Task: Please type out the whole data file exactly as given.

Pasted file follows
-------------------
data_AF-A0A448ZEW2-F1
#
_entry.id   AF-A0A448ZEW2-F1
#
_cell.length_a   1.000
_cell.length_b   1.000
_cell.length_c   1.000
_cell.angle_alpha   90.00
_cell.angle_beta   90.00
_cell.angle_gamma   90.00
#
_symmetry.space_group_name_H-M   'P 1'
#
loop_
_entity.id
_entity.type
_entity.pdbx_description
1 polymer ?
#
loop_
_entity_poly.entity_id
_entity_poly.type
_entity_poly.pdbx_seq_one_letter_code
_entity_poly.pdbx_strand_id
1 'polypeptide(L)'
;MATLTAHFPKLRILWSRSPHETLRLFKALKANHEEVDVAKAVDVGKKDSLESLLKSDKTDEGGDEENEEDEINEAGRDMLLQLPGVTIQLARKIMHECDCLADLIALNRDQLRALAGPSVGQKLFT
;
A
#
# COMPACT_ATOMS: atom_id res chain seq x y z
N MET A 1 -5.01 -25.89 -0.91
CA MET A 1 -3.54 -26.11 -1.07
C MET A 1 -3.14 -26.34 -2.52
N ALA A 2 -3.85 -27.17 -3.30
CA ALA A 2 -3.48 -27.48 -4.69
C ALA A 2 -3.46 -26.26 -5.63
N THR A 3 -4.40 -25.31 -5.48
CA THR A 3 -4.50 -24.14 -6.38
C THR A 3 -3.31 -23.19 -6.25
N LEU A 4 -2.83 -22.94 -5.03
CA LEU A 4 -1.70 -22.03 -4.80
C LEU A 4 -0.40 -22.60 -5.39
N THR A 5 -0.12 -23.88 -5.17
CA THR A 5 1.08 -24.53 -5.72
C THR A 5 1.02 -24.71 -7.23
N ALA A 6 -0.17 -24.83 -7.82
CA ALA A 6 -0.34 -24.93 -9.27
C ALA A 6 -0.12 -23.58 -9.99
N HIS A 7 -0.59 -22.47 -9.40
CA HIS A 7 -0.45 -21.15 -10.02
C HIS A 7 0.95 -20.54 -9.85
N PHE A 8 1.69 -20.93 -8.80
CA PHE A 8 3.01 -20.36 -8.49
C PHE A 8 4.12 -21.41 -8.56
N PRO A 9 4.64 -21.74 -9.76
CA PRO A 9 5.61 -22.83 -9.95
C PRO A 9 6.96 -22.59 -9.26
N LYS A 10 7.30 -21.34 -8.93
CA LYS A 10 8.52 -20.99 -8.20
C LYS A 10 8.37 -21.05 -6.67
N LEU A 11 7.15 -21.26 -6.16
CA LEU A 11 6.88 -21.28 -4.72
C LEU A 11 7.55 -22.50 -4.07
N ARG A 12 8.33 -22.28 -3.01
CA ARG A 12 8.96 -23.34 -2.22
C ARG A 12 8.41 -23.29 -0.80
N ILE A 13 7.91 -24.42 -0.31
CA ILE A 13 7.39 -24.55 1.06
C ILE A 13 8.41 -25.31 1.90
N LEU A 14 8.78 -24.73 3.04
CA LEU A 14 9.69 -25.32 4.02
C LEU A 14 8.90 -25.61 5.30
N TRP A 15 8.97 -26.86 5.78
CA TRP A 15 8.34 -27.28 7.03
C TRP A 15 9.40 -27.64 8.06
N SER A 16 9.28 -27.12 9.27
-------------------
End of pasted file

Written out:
data_AF-A0A448ZEW2-F1
#
_entry.id   AF-A0A448ZEW2-F1
#
_cell.length_a   1.000
_cell.length_b   1.000
_cell.length_c   1.000
_cell.angle_alpha   90.00
_cell.angle_beta   90.00
_cell.angle_gamma   90.00
#
_symmetry.space_group_name_H-M   'P 1'
#
loop_
_entity.id
_entity.type
_entity.pdbx_description
1 polymer ?
#
loop_
_entity_poly.entity_id
_entity_poly.type
_entity_poly.pdbx_seq_one_letter_code
_entity_poly.pdbx_strand_id
1 'polypeptide(L)'
;MATLTAHFPKLRILWSRSPHETLRLFKALKANHEEVDVAKAVDVGKKDSLESLLKSDKTDEGGDEENEEDEINEAGRDMLLQLPGVTIQLARKIMHECDCLADLIALNRDQLRALAGPSVGQKLFT
;
A
#
# COMPACT_ATOMS: atom_id res chain seq x y z
N MET A 1 -5.01 -25.89 -0.91
CA MET A 1 -3.54 -26.11 -1.07
C MET A 1 -3.14 -26.34 -2.52
N ALA A 2 -3.85 -27.17 -3.30
CA ALA A 2 -3.48 -27.48 -4.69
C ALA A 2 -3.46 -26.26 -5.63
N THR A 3 -4.40 -25.31 -5.48
CA THR A 3 -4.50 -24.14 -6.38
C THR A 3 -3.31 -23.19 -6.25
N LEU A 4 -2.83 -22.94 -5.03
CA LEU A 4 -1.70 -22.03 -4.80
C LEU A 4 -0.40 -22.60 -5.39
N THR A 5 -0.12 -23.88 -5.17
CA THR A 5 1.08 -24.53 -5.72
C THR A 5 1.02 -24.71 -7.23
N ALA A 6 -0.17 -24.83 -7.82
CA ALA A 6 -0.34 -24.93 -9.27
C ALA A 6 -0.12 -23.58 -9.99
N HIS A 7 -0.59 -22.47 -9.40
CA HIS A 7 -0.45 -21.15 -10.02
C HIS A 7 0.95 -20.54 -9.85
N PHE A 8 1.69 -20.93 -8.80
CA PHE A 8 3.01 -20.36 -8.49
C PHE A 8 4.12 -21.41 -8.56
N PRO A 9 4.64 -21.74 -9.76
CA PRO A 9 5.61 -22.83 -9.95
C PRO A 9 6.96 -22.59 -9.26
N LYS A 10 7.30 -21.34 -8.93
CA LYS A 10 8.52 -20.99 -8.20
C LYS A 10 8.37 -21.05 -6.67
N LEU A 11 7.15 -21.26 -6.16
CA LEU A 11 6.88 -21.28 -4.72
C LEU A 11 7.55 -22.50 -4.07
N ARG A 12 8.33 -22.28 -3.01
CA ARG A 12 8.96 -23.34 -2.22
C ARG A 12 8.41 -23.29 -0.80
N ILE A 13 7.91 -24.42 -0.31
CA ILE A 13 7.39 -24.55 1.06
C ILE A 13 8.41 -25.31 1.90
N LEU A 14 8.78 -24.73 3.04
CA LEU A 14 9.69 -25.32 4.02
C LEU A 14 8.90 -25.61 5.30
N TRP A 15 8.97 -26.86 5.78
CA TRP A 15 8.34 -27.28 7.03
C TRP A 15 9.40 -27.64 8.06
N SER A 16 9.28 -27.12 9.27